Section 4(3) mandates every entity “providing telecommunication services or telecommunication network” to obtain a license and operate within the tenure granted by the it. Subjecting OTTs to the same licensing conditions as cellular service providers is not feasible and prudent as they work on an IP backed network. Moreover, it is the telecom companies which provide OTTs the fundamental infrastructure for broadband and internet access. The intent of the government behind bringing OTT platforms under licensing measures is evident. However, the ambiguity in determining the licensing regime remains as the provisions neither clarify nor elaborate on the kind and procedure of licensing required for OTT platforms; whether it will be similar to the extant licensing regime, or will the government set up a different mechanism. Clarifications for the same are crucial, given the differences between the underlying framework and core fundamentals of OTT platforms.

Breach of Privacy in Guise of Protection

It is now mandatory for OTT platforms to adhere to a pre-existing licensing regime, which includes a series of obligations, including maintaining ‘Know Your Customer’ (KYC) information, adhering to specific encryption rules, and granting the government access to networks and equipment. This takes us to the second prong of the issue which pertains to the government becoming a surveillance state by breaching user privacy.

Section 24 of the draft Bill empowers the central and state governments, as well as authorised officials, to intercept information sent or received over telecommunication services “in the interest of the sovereignty, integrity or security of India, friendly relations with foreign states, public order, or preventing incitement to an offence.” This provision impairs the encryption offered by OTT communication platforms, thereby raising imperative data privacy questions, especially in light of the absence of a data protection framework. The aforementioned provision is similar to Rule 4 of the Information Technology (Intermediary Guidelines and Digital Media Ethics Code) 2021, which requires the identification of users sending messages on their platforms. The same has been challenged on the grounds of breach of consumer privacy. Similarly, Section 24 of the Bill catalyses the pre-existing data privacy concerns of users and reinforces the fear of a surveillance state with the government being the interceptor of all private information.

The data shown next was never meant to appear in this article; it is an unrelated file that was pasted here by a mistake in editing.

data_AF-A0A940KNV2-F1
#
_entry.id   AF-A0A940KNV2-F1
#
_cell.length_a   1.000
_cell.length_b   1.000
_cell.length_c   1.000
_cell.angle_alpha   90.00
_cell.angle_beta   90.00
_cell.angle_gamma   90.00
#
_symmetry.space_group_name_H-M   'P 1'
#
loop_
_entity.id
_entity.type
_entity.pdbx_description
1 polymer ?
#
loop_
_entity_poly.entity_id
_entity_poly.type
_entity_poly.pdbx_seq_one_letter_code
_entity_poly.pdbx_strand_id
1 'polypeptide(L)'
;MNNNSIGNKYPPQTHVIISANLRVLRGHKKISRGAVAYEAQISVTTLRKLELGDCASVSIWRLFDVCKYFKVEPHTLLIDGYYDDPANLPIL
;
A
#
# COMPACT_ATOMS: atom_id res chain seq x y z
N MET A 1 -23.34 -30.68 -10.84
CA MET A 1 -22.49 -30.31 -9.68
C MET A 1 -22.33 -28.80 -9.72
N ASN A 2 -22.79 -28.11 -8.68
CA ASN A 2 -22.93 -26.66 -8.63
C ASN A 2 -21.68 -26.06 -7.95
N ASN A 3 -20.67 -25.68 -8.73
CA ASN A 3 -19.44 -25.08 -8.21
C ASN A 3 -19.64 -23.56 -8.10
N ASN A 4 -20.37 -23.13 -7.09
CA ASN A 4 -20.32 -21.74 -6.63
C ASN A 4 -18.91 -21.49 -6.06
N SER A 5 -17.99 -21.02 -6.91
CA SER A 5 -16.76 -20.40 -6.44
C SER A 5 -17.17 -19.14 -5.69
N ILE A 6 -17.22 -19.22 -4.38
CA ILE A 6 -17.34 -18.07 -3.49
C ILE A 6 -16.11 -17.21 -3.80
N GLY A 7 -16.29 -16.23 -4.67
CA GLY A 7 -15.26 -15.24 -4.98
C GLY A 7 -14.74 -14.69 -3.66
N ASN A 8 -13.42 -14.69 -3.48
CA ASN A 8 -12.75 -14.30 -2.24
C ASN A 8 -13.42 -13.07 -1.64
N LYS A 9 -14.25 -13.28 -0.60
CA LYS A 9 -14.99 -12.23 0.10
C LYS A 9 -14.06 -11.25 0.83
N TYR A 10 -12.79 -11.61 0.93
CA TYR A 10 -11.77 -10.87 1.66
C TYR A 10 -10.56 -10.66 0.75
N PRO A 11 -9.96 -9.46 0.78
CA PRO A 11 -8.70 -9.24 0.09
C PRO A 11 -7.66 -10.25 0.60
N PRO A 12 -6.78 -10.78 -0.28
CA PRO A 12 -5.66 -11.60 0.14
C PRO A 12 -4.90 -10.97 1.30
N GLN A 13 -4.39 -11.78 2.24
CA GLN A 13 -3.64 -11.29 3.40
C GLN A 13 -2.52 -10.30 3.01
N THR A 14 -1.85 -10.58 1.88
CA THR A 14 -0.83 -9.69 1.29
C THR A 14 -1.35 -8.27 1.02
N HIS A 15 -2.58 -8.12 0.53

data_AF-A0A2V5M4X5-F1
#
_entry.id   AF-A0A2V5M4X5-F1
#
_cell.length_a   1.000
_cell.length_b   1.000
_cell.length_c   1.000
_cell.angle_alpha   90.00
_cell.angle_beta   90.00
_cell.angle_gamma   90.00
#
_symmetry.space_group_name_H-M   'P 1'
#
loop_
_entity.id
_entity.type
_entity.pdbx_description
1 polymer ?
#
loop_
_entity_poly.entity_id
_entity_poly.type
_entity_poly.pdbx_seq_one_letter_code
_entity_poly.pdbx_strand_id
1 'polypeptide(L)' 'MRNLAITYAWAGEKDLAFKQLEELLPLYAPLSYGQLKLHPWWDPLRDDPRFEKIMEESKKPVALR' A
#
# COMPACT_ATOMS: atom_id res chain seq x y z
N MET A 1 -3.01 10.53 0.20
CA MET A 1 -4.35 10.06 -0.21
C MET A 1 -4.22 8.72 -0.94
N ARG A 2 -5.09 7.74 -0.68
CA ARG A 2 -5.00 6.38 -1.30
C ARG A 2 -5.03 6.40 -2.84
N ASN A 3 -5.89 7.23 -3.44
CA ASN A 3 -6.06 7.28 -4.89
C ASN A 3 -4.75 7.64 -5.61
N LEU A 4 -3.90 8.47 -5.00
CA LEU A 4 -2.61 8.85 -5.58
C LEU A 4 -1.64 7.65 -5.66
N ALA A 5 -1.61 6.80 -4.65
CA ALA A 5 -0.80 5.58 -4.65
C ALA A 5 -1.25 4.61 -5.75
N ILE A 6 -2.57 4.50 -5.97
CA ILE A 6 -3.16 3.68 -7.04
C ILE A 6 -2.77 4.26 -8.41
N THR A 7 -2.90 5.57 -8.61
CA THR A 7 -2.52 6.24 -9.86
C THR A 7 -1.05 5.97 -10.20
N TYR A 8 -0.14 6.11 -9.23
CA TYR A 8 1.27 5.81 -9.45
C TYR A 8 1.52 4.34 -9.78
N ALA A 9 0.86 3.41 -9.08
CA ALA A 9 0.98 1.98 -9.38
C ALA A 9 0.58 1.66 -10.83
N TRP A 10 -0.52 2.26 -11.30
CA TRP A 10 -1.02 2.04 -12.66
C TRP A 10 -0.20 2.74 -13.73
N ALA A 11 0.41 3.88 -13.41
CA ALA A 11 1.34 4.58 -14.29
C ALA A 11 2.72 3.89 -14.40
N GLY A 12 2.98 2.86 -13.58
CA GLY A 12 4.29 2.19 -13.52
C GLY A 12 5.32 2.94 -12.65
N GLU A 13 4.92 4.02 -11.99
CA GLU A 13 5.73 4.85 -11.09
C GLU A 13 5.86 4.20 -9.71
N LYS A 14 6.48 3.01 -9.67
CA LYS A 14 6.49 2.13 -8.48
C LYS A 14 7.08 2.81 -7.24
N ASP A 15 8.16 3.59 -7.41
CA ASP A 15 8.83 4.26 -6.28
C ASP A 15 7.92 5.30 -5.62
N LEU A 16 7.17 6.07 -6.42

Conclusion

The government aims to build a framework to regulate communication through OTT based platform. This step is mandatory in view of the exponential growth of the sector which undercuts the traditional sector. It is suggested that a fresh legislation should be framed instead of trying to accommodate the regulations of internet-based communications under the Telecom Bill. The crux of such a regulation lies in creation of a distinct framework to regulate OTT tele-communications since, it is advancing arena of technology and communication which cannot be serviced by merely amending an outmoded model of telecom rules.

Author: Dhanya Jha, a student of Rajiv Gandhi National University of Law (Punjab) in case of any queries please contact/write back to us via email to chhavi@khuranaandkhurana.com or at Khurana & Khurana, Advocates and IP Attorney.